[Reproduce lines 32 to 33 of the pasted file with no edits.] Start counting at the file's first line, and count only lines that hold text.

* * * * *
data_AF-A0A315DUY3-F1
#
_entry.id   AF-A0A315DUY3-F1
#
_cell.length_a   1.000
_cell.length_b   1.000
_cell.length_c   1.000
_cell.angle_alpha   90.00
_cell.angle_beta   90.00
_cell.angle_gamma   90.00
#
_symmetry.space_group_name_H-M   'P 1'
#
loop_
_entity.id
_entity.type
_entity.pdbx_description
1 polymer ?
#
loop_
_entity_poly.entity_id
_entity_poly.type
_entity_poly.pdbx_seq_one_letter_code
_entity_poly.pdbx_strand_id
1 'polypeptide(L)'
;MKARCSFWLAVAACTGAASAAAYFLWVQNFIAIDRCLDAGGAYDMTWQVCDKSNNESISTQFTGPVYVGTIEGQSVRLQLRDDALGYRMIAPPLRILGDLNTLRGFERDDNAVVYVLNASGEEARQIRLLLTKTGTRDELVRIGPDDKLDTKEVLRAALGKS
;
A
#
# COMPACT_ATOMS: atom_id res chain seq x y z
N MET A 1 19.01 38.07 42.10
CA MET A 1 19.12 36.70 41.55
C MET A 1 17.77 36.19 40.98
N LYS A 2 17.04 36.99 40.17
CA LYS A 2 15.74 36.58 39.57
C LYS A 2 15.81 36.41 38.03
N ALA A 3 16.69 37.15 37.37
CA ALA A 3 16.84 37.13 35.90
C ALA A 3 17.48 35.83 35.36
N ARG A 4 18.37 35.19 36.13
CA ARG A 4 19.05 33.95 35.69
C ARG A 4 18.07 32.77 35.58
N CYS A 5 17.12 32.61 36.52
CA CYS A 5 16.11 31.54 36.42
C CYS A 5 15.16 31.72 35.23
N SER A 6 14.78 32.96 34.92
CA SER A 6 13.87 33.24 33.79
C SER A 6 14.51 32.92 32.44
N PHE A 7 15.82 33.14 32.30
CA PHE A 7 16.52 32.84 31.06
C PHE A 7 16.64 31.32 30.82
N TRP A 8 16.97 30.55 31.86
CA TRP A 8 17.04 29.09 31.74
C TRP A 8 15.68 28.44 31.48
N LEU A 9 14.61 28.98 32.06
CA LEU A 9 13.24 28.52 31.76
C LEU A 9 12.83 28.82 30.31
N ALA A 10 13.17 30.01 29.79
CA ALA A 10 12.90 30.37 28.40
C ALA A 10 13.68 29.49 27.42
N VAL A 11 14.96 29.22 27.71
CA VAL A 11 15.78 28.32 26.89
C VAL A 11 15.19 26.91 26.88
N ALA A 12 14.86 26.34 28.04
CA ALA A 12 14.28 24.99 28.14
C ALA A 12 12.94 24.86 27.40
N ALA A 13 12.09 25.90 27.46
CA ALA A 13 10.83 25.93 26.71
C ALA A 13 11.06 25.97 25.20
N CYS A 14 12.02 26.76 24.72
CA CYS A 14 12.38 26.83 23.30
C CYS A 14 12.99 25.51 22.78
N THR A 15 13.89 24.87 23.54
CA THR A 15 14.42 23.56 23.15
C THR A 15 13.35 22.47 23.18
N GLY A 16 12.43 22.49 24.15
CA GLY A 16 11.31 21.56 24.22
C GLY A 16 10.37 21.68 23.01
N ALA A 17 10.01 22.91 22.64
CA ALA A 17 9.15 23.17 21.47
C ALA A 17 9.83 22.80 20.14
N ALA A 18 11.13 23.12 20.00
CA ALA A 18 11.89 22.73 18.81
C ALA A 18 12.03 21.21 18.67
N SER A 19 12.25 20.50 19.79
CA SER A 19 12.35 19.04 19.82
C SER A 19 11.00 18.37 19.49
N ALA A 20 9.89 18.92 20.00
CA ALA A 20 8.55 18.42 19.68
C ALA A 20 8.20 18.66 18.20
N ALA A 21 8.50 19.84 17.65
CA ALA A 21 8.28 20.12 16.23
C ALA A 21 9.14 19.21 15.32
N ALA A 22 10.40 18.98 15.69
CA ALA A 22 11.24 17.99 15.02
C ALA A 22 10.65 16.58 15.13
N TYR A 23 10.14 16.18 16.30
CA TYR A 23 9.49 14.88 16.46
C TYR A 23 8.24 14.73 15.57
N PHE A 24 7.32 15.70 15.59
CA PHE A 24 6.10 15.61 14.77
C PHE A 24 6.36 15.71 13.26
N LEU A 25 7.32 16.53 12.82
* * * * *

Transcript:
CA MET A 1 19.12 36.70 41.55
C MET A 1 17.77 36.19 40.98